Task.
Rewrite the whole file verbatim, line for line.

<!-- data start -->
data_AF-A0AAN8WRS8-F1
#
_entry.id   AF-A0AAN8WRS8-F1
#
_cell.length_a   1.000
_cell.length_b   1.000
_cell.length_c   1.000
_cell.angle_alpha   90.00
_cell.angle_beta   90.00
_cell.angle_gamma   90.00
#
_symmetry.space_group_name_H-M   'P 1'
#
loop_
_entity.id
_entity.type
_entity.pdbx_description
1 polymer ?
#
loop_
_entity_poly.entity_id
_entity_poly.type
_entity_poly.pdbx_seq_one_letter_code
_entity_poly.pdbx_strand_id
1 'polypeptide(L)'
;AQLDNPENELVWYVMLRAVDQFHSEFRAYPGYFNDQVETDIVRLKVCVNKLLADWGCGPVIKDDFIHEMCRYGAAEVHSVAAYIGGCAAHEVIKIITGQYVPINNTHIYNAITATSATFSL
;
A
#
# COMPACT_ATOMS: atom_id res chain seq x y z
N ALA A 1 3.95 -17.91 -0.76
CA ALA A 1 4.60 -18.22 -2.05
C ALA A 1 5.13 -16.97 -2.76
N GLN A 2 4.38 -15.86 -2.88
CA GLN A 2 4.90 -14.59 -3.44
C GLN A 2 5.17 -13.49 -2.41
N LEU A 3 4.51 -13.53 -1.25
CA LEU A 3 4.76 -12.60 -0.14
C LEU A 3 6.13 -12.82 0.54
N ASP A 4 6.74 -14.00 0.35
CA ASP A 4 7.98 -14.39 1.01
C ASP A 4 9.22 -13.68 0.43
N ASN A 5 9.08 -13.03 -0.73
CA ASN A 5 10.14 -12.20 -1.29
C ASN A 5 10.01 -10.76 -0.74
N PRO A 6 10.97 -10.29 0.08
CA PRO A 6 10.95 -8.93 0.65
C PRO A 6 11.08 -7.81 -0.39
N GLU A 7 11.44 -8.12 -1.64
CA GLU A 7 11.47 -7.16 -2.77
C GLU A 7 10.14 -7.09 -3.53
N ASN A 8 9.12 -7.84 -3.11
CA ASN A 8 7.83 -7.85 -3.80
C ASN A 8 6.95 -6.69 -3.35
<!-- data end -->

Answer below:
data_AF-A0AAN8WRS8-F1
#
_entry.id   AF-A0AAN8WRS8-F1
#
_cell.length_a   1.000
_cell.length_b   1.000
_cell.length_c   1.000
_cell.angle_alpha   90.00
_cell.angle_beta   90.00
_cell.angle_gamma   90.00
#
_symmetry.space_group_name_H-M   'P 1'
#
loop_
_entity.id
_entity.type
_entity.pdbx_description
1 polymer ?
#
loop_
_entity_poly.entity_id
_entity_poly.type
_entity_poly.pdbx_seq_one_letter_code
_entity_poly.pdbx_strand_id
1 'polypeptide(L)'
;AQLDNPENELVWYVMLRAVDQFHSEFRAYPGYFNDQVETDIVRLKVCVNKLLADWGCGPVIKDDFIHEMCRYGAAEVHSVAAYIGGCAAHEVIKIITGQYVPINNTHIYNAITATSATFSL
;
A
#
# COMPACT_ATOMS: atom_id res chain seq x y z
N ALA A 1 3.95 -17.91 -0.76
CA ALA A 1 4.60 -18.22 -2.05
C ALA A 1 5.13 -16.97 -2.76
N GLN A 2 4.38 -15.86 -2.88
CA GLN A 2 4.90 -14.59 -3.44
C GLN A 2 5.17 -13.49 -2.41
N LEU A 3 4.51 -13.53 -1.25
CA LEU A 3 4.76 -12.60 -0.14
C LEU A 3 6.13 -12.82 0.54
N ASP A 4 6.74 -14.00 0.35
CA ASP A 4 7.98 -14.39 1.01
C ASP A 4 9.22 -13.68 0.43
N ASN A 5 9.08 -13.03 -0.73
CA ASN A 5 10.14 -12.20 -1.29
C ASN A 5 10.01 -10.76 -0.74
N PRO A 6 10.97 -10.29 0.08
CA PRO A 6 10.95 -8.93 0.65
C PRO A 6 11.08 -7.81 -0.39
N GLU A 7 11.44 -8.12 -1.64
CA GLU A 7 11.47 -7.16 -2.77
C GLU A 7 10.14 -7.09 -3.53
N ASN A 8 9.12 -7.84 -3.11
CA ASN A 8 7.83 -7.85 -3.80
C ASN A 8 6.95 -6.69 -3.35